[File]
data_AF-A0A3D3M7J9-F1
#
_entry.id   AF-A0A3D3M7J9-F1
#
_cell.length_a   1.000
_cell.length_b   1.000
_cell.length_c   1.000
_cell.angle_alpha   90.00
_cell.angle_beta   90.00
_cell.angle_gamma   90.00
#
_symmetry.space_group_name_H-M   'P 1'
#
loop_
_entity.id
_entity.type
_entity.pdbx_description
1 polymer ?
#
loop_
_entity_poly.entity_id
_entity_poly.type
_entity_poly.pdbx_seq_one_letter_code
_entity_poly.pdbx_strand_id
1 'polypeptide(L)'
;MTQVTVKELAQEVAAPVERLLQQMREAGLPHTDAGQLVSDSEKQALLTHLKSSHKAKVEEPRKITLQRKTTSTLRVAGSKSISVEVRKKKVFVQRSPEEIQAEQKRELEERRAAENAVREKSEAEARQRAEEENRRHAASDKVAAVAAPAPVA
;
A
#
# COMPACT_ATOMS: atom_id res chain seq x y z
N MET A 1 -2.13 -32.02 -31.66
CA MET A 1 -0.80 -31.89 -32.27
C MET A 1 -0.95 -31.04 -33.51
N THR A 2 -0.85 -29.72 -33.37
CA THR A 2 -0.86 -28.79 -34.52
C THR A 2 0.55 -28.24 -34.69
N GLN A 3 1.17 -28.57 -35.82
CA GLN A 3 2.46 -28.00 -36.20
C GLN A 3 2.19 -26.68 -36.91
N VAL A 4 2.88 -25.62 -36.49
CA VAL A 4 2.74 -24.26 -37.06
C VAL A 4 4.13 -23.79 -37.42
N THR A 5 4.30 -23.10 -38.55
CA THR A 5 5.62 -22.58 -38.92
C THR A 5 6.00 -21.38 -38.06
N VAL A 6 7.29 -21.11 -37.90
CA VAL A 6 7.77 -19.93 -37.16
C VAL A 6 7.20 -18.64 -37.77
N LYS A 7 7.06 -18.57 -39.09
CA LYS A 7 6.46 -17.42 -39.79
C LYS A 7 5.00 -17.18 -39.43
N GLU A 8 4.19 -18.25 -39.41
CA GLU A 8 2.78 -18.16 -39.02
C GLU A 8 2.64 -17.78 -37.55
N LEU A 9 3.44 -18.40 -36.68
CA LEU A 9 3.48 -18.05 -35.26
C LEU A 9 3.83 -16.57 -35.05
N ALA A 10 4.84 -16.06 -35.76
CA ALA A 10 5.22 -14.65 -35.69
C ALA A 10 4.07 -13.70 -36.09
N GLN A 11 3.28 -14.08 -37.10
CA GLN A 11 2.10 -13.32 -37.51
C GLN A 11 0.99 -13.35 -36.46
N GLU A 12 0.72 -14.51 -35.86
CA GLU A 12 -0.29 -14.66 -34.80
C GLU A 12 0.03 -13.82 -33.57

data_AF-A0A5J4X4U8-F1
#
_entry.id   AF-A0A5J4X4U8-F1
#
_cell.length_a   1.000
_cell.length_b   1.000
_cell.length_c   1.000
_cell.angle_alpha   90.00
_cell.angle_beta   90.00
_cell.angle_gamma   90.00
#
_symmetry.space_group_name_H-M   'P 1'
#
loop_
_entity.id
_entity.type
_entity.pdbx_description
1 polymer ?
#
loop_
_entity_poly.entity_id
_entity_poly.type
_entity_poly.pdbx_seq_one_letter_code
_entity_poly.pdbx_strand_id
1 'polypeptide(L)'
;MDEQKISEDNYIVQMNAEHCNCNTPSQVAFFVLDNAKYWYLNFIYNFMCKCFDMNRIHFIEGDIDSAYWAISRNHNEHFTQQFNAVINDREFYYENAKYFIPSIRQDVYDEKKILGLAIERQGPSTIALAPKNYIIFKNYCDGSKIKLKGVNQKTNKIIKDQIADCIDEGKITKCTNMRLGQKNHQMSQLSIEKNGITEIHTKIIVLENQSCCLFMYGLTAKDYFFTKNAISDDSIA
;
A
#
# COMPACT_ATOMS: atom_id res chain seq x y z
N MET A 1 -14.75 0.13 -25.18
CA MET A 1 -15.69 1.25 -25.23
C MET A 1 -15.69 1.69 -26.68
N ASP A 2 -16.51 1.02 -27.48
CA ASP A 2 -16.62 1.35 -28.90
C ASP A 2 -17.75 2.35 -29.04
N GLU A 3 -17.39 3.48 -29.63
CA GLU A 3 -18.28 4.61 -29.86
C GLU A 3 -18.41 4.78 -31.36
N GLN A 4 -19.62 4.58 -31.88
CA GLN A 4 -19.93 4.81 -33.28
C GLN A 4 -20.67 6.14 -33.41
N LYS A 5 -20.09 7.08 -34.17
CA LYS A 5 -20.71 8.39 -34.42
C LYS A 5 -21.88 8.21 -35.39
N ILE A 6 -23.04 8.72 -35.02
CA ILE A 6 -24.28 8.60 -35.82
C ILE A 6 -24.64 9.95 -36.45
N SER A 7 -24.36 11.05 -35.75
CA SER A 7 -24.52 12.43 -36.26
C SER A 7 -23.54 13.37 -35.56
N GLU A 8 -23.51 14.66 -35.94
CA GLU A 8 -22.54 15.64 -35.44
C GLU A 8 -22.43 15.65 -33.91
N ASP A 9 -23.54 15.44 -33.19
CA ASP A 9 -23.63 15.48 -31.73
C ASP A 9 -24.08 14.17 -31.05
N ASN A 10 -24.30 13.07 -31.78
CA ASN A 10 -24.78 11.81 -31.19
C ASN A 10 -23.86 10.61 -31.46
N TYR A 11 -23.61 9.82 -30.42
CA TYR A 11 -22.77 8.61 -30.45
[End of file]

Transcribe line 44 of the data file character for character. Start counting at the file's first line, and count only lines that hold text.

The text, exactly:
CA THR A 5 5.62 -22.58 -38.92